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Old 05-07-10, 10:12 AM
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The ground not being connected might prevent a short but then you wouldn't have a short and a short wouldn't be the cause of your problem. As to should if be connected the answer is yes. Of course a short would trip the breaker or if the breaker failed in the closed posistion the wire would burn apart.
When installing the light, I connected the ground wire from the light to the green screw on the mounting bracket. However, when making my connections, I saw that the bare copper wire inside the electrical box was not connected to anything. Does that need to be connected to the box? If so, how? Could that be the reason a short would not have tripped the circuit breaker?
 
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Old 05-07-10, 10:20 AM
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Originally Posted by ray2047 View Post
Beause of the "electrical smell" I wonder if the fixture wire temperature rating is adequate for the light. Maybe it was when submitted to UL but the Chinese have a less the perfect record on using the correct materials and I'd be surprised if this wasn't manufactured in China.
The box/instructions showed no wiring restrictions. Also, since my house was built after 1990, I didn't think this would be an issue (based on what I find on the internet about this).
 
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Old 05-07-10, 10:28 AM
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Originally Posted by ray2047 View Post
The ground not being connected might prevent a short but then you wouldn't have a short and a short wouldn't be the cause of your problem. As to should if be connected the answer is yes. Of course a short would trip the breaker or if the breaker failed in the closed posistion the wire would burn apart.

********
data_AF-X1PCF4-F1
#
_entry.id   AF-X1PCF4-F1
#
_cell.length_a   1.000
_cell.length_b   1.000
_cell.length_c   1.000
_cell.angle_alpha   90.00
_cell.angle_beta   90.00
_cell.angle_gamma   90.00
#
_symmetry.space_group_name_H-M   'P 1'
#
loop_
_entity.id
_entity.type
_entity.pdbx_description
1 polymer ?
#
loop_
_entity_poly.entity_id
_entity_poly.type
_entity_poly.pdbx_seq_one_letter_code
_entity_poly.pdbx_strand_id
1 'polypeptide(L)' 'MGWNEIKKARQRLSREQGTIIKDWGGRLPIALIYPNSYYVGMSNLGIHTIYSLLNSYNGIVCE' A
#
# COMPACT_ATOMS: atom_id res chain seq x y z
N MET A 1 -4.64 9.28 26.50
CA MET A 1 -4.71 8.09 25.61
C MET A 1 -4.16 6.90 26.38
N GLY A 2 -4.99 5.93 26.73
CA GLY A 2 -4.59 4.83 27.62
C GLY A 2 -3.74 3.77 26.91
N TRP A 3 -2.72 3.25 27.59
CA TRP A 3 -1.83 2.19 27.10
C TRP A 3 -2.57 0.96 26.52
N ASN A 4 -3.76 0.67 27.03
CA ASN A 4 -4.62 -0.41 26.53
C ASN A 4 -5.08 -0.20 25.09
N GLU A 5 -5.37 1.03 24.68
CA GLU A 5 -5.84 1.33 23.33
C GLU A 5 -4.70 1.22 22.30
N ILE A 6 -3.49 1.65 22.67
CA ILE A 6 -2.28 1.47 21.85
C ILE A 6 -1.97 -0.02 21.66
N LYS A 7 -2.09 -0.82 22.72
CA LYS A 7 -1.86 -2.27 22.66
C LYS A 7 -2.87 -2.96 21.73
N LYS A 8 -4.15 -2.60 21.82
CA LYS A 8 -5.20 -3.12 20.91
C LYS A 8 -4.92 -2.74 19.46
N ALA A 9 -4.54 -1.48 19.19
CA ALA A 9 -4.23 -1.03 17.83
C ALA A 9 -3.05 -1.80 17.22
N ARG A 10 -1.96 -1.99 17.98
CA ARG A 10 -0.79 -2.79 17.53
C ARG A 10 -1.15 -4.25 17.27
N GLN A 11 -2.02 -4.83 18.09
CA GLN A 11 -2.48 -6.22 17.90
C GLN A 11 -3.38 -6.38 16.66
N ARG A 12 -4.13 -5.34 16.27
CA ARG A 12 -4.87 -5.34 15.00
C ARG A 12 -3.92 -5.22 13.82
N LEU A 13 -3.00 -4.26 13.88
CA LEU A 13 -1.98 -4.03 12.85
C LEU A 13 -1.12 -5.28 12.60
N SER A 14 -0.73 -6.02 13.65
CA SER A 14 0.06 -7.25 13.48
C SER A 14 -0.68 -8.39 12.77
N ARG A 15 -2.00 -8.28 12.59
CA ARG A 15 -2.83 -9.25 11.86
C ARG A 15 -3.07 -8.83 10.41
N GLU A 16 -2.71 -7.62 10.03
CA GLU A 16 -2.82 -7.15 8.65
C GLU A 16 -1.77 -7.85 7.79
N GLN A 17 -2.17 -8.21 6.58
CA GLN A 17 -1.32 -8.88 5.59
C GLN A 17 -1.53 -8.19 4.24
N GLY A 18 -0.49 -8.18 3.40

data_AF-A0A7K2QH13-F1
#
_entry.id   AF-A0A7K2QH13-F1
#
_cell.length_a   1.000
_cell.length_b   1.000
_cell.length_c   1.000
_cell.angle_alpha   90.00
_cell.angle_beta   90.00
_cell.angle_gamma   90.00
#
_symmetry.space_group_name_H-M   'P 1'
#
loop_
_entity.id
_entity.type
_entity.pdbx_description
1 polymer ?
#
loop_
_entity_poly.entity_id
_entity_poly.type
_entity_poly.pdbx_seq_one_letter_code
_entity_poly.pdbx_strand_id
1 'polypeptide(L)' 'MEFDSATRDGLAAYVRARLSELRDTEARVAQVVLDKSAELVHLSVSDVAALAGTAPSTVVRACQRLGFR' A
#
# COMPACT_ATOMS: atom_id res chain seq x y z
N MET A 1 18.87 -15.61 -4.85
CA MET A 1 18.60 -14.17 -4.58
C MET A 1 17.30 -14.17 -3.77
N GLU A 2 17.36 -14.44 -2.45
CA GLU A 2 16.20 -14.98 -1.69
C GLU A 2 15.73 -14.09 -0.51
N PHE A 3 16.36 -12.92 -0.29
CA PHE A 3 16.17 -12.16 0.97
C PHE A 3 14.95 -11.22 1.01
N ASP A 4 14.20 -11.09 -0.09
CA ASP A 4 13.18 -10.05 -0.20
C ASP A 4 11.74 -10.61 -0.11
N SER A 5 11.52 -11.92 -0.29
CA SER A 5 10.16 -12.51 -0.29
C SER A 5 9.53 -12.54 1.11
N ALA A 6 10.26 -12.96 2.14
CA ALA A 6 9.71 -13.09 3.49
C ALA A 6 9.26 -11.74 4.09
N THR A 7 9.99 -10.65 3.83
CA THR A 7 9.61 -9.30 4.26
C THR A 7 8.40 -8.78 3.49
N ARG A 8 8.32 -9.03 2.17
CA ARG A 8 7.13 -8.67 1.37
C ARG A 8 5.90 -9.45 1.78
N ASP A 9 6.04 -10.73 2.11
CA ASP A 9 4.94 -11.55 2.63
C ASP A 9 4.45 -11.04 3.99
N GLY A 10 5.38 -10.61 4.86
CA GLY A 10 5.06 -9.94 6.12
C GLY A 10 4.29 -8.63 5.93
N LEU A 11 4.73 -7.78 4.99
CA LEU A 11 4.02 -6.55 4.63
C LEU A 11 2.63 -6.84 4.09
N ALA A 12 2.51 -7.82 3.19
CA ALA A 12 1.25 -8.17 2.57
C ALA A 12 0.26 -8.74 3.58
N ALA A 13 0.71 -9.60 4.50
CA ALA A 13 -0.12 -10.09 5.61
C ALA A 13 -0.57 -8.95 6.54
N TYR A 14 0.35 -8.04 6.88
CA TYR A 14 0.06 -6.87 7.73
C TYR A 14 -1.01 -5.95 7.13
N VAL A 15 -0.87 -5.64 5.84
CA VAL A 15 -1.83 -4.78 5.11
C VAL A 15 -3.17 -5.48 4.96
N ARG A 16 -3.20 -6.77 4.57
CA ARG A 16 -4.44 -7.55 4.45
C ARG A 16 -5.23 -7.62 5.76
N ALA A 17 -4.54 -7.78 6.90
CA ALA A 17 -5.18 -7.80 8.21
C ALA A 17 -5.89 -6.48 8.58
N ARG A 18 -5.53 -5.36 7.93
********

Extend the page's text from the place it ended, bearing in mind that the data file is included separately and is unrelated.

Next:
Not sure I follow your logic. My understanding from the topic moderator's reply was that it is possible that a short in the fixture could be causing my problem but that if there is a grounding problem (which apparently there is if the copper wire in the box has not been attached to the box), then the short would not have tripped the circuit breaker. So, before I replace the faulty fixture, I should make sure the ground connection is good.

So I guess I'm not clear on why you're saying I wouldn't have a short if the ground was connected. Or are you saying that maybe the whole problem has to do with the ground connection and not a short in the fixture itself?

Thanks.
 
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Old 05-07-10, 11:17 AM
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The bare ground would only need to connect to a metallic box. Youi do not ned to ground a plastic box. The bare should also connect to the ground wire from the fixture.

To clarify, without a ground, if a wire were to contact a metallic portion of the fixture the breaker will not trip. There is no return path for the short circuit. This could also make the fixture a shock hazard.
 
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Old 05-07-10, 11:28 AM